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I am the single most important organism in kelp forest ecosystems. So important in fact, scientists named the entire ecosystem after me. I am uniquely adapted to thriving in nearshore rocky habitat that covers much of the benthos of San Diego county’s marine areas. Something that most people do not know about me is that I am not a plant but actually an algae. I differ from plants in many ways, but most noticeably I do not have roots. I have what is known as a holdfast, which I use as an anchor to secure themselves to the seafloor. As one of the fastest growing organisms on the planet, I have been recorded growing by as much as 2 feet a day and reaching sizes of 150 feet in a single growing season. As a primary producer, I provide nourishment for the entire southern California ecosystem and facilitate San Diego counties vast biodiversity. 

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Get to Know Your Neighbors, Week #2: The Garibaldi Fish

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You may have seen me florescent orange, ebbing and flowing with tidal surges against the dark backdrop of the sea floor. If you have snorkeled, swam, or kayaked near La Jolla Cove (in the Matlahuayl State Marine Reserve) you may have noticed me curiously pecking away at exposed sections of rocky reef in search of tidbits of food, my favorite being small invertebrates. Just like you I also have a home and at a certain age I built myself a house in order to find a mate. My mate or mates lay eggs in the rocky substrate that I maintain and fiercely protect. I have been known to aggressively attack anything swimming too close to my developing eggs… even humans! Because of my charisma and tenacity I was named the California state marine fish and was also the inspiration for Dr. Seuss’ “red fish” in the popular story of Cat in the Hat.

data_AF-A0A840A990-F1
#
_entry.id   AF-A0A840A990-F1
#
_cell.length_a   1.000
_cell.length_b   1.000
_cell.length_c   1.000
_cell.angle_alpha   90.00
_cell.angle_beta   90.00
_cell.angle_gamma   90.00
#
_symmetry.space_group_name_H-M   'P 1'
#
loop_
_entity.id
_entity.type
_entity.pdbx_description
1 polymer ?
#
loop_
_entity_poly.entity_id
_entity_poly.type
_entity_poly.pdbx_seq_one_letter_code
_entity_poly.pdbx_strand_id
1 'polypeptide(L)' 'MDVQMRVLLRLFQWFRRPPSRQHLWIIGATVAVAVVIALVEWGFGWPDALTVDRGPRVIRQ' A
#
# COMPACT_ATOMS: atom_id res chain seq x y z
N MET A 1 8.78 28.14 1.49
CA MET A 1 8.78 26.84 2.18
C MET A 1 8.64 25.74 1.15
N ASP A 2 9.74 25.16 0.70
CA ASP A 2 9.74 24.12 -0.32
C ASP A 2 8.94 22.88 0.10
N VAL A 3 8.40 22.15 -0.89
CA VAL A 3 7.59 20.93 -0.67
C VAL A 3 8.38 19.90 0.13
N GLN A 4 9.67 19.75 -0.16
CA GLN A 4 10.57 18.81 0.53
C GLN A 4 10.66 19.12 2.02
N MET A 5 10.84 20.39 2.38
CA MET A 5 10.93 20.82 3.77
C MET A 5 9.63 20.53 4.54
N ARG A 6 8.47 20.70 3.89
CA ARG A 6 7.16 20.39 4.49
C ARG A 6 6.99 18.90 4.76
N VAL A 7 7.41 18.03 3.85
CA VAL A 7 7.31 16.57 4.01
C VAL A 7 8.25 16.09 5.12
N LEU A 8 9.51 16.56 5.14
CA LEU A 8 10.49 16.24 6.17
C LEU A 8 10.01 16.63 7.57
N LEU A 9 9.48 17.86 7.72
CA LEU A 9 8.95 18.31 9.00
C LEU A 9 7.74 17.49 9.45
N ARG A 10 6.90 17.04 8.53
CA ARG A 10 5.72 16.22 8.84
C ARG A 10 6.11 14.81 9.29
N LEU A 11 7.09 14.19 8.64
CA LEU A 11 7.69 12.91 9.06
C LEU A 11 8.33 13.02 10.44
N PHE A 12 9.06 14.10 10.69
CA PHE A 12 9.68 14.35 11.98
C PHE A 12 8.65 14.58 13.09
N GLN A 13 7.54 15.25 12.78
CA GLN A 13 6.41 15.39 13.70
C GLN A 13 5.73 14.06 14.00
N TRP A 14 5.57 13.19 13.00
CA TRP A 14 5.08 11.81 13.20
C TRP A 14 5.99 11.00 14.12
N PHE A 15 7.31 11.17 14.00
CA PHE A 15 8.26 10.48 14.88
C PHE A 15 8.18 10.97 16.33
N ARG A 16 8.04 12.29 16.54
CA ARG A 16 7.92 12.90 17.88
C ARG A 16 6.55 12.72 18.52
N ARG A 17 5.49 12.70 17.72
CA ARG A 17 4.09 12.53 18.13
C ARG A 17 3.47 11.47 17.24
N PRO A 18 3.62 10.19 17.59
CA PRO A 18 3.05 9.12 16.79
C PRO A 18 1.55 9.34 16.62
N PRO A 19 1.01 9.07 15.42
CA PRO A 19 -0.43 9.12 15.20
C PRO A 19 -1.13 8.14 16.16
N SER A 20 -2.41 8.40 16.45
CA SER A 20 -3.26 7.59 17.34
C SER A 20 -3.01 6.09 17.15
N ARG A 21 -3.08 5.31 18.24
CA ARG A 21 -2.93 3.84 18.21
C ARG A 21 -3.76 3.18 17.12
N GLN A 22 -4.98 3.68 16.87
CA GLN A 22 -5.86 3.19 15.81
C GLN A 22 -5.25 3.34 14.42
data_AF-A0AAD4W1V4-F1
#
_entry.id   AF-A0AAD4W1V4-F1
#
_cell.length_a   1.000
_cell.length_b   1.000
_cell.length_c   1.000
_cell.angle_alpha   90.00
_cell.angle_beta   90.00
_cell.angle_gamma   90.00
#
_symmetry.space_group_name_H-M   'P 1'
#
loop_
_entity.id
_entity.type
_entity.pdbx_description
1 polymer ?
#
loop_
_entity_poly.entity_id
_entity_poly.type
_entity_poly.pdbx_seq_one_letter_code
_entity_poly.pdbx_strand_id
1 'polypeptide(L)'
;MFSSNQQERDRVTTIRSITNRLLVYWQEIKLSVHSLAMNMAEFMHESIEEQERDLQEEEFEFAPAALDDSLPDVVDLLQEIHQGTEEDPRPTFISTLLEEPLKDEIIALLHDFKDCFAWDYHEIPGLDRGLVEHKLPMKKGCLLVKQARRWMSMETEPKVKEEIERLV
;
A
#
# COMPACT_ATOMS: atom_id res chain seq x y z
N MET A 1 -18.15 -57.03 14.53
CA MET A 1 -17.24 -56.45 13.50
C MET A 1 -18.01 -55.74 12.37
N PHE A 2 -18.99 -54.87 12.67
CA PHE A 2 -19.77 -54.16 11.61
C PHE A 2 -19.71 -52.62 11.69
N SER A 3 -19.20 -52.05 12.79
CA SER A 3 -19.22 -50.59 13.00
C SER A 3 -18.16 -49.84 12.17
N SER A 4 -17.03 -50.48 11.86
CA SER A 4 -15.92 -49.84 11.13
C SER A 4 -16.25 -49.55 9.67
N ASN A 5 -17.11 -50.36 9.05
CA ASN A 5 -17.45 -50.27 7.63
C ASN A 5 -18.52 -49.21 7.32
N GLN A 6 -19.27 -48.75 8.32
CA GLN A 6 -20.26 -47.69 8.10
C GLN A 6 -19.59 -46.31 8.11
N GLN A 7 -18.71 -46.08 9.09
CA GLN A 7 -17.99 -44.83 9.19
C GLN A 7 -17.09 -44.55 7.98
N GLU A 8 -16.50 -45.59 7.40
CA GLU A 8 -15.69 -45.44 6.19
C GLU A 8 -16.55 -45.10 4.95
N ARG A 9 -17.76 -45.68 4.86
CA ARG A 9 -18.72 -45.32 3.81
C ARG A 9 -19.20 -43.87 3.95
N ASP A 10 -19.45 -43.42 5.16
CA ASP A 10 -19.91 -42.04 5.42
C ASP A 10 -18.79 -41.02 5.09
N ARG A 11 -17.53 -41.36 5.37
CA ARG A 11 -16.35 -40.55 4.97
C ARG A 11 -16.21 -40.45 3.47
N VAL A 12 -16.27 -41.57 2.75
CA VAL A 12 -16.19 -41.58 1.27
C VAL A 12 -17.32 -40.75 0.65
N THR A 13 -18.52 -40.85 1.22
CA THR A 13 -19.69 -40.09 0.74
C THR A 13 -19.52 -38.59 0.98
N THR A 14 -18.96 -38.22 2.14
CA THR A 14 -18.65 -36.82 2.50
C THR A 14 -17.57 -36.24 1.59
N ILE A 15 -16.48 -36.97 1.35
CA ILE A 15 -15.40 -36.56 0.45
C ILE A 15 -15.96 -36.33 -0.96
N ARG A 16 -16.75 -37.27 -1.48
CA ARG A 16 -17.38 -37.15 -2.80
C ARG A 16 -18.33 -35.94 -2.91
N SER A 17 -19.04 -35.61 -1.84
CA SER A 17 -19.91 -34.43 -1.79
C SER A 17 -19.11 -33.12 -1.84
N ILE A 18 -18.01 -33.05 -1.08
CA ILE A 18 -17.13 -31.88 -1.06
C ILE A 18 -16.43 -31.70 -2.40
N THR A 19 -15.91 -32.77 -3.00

Why should humans care about me?           [Read more…]

Inspired by the Our Ocean Conference

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Serge Dedina, WILDCOAST’s Executive Director

Last week, the U.S. State Department issued a last minute invitation for me to attend the Our Ocean Conference in Washington D.C. hosted by Secretary of State John Kerry. According to Secretary Kerry, the purpose of the conference was, “To catalyze actions to protect our ocean from these threats and to empower a new generation to lead the way toward a healthy and sustainable ocean.” As the Executive Director of WILDCOAST, I have worked tirelessly with my amazing team and fishing communities, governments, and the private sector to establish safe havens in the ocean to protect key ecosystems and ocean wildlife. Areas such as Cabo Pulmo National Park are now global models for ocean conservation, with fish stocks rebounding at an incredible pace after banning fishing. And in California, our advanced and extensive system of MPAs are recovering fish populations up and down the coast. So it was great to see global leaders come together to announce new measures for ocean conservation and funding initiatives to further on the ground marine protection initiatives.